on 8 April 2006
I first saw this film alone in a theater years ago when I had an afternoon off. I can still remember how its disturbing images haunted me for days after. It shows the dehumanizing, emotionally disconnected underworld of London prostitution. Bob Hoskins portrays a good-hearted loser, just released from prison. Usually loveable Michael Caine is simply hateful as a sleazy mobster who gives Hoskins a job chauffeuring an elegant call girl (Cathy Tyson). While driving her to her assignations, Hoskins naively falls in love with her. He wants to protect her and feels jealousy as he waits for her trysts to end. Predictably, his amateur love is unrequited - she's a professional who has lost the capacity to feel romantic love. However, she does have an obsession; to locate and save a drug-addicted young girl who is also being sexually exploited by Caine's character. Like a knight on a quest, Hoskins sets out to locate the girl. In his search he visits the creepy haunts of young women enslaved in drug-dependent prostitution. His quest is successful, but his love is not returned. In the end however, he is really the only winner; he has a heart and still knows how to love. Bob Hoskins gives an achingly beautiful performance.
on 3 January 2015
Without doubt the UK could be proud to have Bob Hoskins (1942 - 2013), amongst their finest actors, along with Michael Caine and Robbie Coltrane : who both co-star in this fantastic 80's drama.
It tells the story of a newly released convict, George (Hoskins), to act as a 'driver' to a mysterious call girl, Simone (Cathy Tyson), by his old crime/underworld boss Dinny Mortwell (Caine - at his best as a very nasty villain).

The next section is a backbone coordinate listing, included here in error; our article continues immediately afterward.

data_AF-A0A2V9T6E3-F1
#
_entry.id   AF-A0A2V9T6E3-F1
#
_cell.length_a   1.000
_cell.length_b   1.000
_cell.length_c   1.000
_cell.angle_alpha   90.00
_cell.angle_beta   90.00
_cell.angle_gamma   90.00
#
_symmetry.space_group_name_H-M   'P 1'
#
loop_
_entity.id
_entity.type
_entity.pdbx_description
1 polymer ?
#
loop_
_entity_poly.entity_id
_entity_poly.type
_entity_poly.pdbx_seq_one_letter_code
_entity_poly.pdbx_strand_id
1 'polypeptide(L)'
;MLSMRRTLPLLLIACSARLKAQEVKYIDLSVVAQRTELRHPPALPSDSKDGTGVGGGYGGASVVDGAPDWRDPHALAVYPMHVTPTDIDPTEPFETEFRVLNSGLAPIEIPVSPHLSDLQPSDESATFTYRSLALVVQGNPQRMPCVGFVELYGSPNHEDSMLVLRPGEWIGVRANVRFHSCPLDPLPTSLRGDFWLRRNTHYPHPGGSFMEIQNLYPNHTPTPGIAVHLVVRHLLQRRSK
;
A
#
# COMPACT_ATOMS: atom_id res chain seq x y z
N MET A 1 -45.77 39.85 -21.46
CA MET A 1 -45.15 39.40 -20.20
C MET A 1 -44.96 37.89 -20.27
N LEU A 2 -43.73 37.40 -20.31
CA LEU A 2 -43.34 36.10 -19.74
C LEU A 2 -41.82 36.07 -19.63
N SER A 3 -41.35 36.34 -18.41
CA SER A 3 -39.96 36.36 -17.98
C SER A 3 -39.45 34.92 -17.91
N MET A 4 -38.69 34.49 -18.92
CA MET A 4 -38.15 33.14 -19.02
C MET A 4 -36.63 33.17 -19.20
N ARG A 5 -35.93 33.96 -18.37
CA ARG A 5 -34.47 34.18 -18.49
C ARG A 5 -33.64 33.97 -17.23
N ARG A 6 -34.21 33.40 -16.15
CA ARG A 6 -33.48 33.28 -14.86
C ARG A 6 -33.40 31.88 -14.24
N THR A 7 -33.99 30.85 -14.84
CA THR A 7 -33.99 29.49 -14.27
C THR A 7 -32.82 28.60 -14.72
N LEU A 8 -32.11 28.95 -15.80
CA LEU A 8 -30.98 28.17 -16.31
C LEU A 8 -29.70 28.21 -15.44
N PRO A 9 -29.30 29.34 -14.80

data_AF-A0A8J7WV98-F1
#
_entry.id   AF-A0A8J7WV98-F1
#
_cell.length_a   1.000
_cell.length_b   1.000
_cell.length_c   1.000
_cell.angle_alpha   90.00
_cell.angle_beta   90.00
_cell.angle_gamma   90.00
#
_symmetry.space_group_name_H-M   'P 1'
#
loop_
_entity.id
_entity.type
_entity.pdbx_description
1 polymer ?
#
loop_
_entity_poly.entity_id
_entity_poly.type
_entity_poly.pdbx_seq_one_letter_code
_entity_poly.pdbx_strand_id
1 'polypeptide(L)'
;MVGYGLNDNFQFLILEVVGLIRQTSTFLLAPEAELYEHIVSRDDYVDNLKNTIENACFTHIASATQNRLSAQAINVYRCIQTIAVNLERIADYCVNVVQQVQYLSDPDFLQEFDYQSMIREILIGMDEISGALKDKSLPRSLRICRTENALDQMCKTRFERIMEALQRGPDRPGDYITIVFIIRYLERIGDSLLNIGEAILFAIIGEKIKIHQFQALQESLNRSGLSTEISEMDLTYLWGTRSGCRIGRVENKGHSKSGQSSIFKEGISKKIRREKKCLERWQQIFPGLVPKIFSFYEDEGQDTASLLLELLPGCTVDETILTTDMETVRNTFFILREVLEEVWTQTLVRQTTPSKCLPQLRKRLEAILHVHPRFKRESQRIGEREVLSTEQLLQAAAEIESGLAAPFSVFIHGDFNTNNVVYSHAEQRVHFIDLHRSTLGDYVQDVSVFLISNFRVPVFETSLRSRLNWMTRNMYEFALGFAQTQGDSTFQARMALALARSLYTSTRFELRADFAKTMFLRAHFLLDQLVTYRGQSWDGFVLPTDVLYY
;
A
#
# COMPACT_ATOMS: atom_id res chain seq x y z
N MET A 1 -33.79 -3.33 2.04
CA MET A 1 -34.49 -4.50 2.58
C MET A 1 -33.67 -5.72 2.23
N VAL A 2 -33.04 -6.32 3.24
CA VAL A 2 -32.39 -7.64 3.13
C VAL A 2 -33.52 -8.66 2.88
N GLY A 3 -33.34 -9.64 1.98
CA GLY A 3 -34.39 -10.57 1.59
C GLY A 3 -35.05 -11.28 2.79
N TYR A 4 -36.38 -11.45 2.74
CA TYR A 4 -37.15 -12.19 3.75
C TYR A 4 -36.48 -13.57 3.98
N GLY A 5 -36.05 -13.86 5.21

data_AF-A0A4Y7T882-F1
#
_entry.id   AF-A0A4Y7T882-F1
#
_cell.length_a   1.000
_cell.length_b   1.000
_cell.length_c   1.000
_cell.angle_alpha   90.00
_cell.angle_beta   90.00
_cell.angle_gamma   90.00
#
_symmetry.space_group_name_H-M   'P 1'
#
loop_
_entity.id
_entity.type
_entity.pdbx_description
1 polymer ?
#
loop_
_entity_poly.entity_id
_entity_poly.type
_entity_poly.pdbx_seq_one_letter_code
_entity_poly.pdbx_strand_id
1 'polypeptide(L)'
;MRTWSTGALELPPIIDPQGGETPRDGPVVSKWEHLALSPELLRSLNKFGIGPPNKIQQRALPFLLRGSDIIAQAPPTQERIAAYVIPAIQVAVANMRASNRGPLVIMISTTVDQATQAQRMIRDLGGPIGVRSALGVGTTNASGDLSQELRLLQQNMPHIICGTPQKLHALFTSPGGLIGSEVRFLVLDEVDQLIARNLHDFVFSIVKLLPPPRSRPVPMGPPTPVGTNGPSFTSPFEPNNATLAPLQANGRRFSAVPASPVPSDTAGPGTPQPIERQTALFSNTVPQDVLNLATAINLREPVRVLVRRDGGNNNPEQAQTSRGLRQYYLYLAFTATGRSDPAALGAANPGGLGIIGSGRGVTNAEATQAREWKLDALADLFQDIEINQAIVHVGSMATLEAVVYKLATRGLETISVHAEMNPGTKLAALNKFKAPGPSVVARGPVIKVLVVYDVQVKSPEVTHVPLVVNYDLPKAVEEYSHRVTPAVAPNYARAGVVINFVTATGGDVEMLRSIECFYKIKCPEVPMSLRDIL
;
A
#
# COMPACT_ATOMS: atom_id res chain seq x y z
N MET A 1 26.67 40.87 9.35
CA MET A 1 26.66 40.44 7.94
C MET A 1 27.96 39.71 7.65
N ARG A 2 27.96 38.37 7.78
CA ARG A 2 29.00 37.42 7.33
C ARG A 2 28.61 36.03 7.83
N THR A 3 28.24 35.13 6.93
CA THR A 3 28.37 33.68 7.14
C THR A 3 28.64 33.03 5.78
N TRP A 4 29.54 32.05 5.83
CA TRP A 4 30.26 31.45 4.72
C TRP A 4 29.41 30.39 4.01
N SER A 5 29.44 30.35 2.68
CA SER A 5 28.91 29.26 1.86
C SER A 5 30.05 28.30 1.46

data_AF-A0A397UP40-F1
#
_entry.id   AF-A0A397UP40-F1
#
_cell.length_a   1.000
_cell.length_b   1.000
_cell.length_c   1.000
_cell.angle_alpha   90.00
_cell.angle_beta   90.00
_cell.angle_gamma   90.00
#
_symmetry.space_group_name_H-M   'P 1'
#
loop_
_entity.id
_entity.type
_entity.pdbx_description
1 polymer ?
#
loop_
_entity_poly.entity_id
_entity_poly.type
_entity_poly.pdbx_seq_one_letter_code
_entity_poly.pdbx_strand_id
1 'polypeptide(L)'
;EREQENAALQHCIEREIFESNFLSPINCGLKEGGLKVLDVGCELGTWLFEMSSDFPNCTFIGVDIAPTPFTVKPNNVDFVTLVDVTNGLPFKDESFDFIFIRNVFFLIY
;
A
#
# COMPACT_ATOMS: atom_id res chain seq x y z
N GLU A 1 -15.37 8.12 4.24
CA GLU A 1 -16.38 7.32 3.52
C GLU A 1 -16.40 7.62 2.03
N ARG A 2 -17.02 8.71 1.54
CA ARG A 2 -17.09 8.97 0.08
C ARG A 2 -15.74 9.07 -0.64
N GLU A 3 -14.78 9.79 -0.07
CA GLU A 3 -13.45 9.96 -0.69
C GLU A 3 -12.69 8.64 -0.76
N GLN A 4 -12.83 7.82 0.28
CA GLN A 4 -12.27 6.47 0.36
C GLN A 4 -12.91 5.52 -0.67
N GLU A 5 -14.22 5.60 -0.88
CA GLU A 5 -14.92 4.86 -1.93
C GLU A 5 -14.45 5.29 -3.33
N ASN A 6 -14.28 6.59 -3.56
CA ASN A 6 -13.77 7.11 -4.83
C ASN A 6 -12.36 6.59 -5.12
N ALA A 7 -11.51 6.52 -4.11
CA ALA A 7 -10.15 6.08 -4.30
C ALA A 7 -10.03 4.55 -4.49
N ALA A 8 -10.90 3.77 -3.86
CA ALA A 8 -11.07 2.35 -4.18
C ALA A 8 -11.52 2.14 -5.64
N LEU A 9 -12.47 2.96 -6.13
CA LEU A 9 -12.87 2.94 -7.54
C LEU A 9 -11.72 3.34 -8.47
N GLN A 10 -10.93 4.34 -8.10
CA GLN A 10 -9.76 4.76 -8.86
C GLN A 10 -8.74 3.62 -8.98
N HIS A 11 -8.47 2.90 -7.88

Soon after, George is dragged into the world he sought to escape, simply because he is 'taken in' by Simone - acting as a 'father figure' (as he only gets to see his own daughter occasionally, thanks to his estranged wife's disapproval).
They're attacked by Mortwell's associate, Anderson (Clarke Peters), then a cat and mouse game ensues when Simone tries to escape Anderson/Mortwell's clutches, they do eventually when the two gangsters are shot dead by Simone in a hotel.
Both funny and tragic in places, but what Mona Lisa does (to near perfection), is that it explores the inter-relationships between a lot (not all) of the characters : even if they're not onscreen for long, it manages to do that in less than a couple of hours : a brilliant excerpt of Phil Collins "In Too Deep", is a wonderful addition to the proceedings.
Perhaps that is why this movie is so appealing - and that's enough reason to have it in one's DVD (or Blu-Ray) collection.
Recently released from prison 'George' (Bob Hoskins) is given a job to chauffeur around high-class prostitute 'Simone' (Cathy
Tyson) by his former boss 'Denny Mortwell' (Michael Caine)
'George' feels that 'Denny' owes him for taking the fall and serving time.
'Simone' insists that rough-diamond 'George' looks the part by buying him new-clothing.
Initially the relationship is strained but as time goes by they form a friendship, 'Simone' given her history has always found it
difficult to trust anyone, till now.
She asks 'George' to help her find 'Cathy' a friend who is under the control of 'Pimps' working the seedy-side of town.
'George' agree's to help after 'Simone' tells him she dare not enter the establishments run by the gangland and pimps as she
is too well known.
'George' is about to experience a world he knows little about in the search for 'Simone's' friend......a search that will bring threat